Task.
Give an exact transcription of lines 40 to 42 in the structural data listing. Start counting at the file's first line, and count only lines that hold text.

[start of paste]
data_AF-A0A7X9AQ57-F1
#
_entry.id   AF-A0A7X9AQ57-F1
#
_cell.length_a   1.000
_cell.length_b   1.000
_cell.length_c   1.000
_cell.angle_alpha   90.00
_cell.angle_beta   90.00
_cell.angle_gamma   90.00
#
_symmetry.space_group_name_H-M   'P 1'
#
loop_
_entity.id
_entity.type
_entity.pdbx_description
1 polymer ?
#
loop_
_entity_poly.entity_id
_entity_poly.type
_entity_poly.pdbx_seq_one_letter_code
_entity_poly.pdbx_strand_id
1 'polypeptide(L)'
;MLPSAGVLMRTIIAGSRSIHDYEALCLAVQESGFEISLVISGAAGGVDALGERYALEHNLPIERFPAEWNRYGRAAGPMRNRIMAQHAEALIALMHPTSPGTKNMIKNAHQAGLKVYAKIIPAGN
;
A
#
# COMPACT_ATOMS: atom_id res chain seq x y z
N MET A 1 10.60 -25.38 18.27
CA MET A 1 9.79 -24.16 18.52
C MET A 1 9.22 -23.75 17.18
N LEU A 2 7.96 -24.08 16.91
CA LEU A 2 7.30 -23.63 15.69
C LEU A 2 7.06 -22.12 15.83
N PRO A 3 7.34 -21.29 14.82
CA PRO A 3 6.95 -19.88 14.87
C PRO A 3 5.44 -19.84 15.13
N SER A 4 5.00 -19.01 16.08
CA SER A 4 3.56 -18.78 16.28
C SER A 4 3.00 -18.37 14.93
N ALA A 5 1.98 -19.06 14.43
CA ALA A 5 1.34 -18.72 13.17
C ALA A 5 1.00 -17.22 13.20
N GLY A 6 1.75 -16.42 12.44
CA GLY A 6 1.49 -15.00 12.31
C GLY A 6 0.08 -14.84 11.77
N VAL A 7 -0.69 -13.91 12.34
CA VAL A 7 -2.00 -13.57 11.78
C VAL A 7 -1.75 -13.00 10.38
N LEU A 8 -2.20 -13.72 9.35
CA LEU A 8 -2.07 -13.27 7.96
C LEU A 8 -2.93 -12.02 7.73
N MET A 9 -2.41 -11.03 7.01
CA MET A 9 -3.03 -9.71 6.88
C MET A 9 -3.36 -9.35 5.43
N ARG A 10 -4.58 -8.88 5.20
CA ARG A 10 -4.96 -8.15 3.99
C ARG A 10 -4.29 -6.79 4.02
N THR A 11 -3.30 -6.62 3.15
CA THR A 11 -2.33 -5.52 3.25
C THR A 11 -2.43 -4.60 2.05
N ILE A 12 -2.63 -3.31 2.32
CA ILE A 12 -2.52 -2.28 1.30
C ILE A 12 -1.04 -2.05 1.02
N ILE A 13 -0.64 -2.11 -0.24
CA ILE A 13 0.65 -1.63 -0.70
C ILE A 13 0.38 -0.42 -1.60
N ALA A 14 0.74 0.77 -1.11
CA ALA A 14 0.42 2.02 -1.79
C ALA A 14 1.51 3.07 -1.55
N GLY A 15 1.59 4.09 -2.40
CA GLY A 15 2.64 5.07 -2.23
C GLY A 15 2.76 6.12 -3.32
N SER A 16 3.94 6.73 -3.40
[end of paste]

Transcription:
N SER A 4 5.00 -19.01 16.08
CA SER A 4 3.56 -18.78 16.28
C SER A 4 3.00 -18.37 14.93